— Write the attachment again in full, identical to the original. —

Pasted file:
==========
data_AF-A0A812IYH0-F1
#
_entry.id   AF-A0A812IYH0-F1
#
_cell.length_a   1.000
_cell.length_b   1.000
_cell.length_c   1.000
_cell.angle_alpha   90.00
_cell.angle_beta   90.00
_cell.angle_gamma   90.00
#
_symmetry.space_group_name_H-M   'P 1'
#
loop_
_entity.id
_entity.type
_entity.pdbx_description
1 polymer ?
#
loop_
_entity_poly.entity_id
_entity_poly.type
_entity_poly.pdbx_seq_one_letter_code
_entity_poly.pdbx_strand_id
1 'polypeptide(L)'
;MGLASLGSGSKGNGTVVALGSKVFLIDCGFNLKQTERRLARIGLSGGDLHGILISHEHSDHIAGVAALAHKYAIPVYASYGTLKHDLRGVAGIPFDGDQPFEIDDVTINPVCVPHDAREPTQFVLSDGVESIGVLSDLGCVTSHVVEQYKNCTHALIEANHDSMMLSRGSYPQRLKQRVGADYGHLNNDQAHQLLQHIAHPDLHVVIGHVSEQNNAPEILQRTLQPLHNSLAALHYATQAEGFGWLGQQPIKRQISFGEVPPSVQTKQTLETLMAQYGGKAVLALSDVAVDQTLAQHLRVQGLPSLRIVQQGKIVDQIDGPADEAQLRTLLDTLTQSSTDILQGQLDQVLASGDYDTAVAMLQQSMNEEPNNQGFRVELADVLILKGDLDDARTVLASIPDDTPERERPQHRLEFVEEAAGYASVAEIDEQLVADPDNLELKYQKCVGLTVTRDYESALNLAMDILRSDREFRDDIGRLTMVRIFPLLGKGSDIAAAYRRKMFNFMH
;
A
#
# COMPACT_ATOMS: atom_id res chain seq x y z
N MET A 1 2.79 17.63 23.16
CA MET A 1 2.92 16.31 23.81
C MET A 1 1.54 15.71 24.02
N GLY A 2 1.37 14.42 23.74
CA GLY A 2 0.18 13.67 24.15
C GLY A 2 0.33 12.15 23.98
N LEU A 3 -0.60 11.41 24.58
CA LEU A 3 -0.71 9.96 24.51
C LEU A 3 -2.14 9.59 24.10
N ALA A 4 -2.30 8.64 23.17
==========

data_AF-A0A812IYH0-F1
#
_entry.id   AF-A0A812IYH0-F1
#
_cell.length_a   1.000
_cell.length_b   1.000
_cell.length_c   1.000
_cell.angle_alpha   90.00
_cell.angle_beta   90.00
_cell.angle_gamma   90.00
#
_symmetry.space_group_name_H-M   'P 1'
#
loop_
_entity.id
_entity.type
_entity.pdbx_description
1 polymer ?
#
loop_
_entity_poly.entity_id
_entity_poly.type
_entity_poly.pdbx_seq_one_letter_code
_entity_poly.pdbx_strand_id
1 'polypeptide(L)'
;MGLASLGSGSKGNGTVVALGSKVFLIDCGFNLKQTERRLARIGLSGGDLHGILISHEHSDHIAGVAALAHKYAIPVYASYGTLKHDLRGVAGIPFDGDQPFEIDDVTINPVCVPHDAREPTQFVLSDGVESIGVLSDLGCVTSHVVEQYKNCTHALIEANHDSMMLSRGSYPQRLKQRVGADYGHLNNDQAHQLLQHIAHPDLHVVIGHVSEQNNAPEILQRTLQPLHNSLAALHYATQAEGFGWLGQQPIKRQISFGEVPPSVQTKQTLETLMAQYGGKAVLALSDVAVDQTLAQHLRVQGLPSLRIVQQGKIVDQIDGPADEAQLRTLLDTLTQSSTDILQGQLDQVLASGDYDTAVAMLQQSMNEEPNNQGFRVELADVLILKGDLDDARTVLASIPDDTPERERPQHRLEFVEEAAGYASVAEIDEQLVADPDNLELKYQKCVGLTVTRDYESALNLAMDILRSDREFRDDIGRLTMVRIFPLLGKGSDIAAAYRRKMFNFMH
;
A
#
# COMPACT_ATOMS: atom_id res chain seq x y z
N MET A 1 2.79 17.63 23.16
CA MET A 1 2.92 16.31 23.81
C MET A 1 1.54 15.71 24.02
N GLY A 2 1.37 14.42 23.74
CA GLY A 2 0.18 13.67 24.15
C GLY A 2 0.33 12.15 23.98
N LEU A 3 -0.60 11.41 24.58
CA LEU A 3 -0.71 9.96 24.51
C LEU A 3 -2.14 9.59 24.10
N ALA A 4 -2.30 8.64 23.17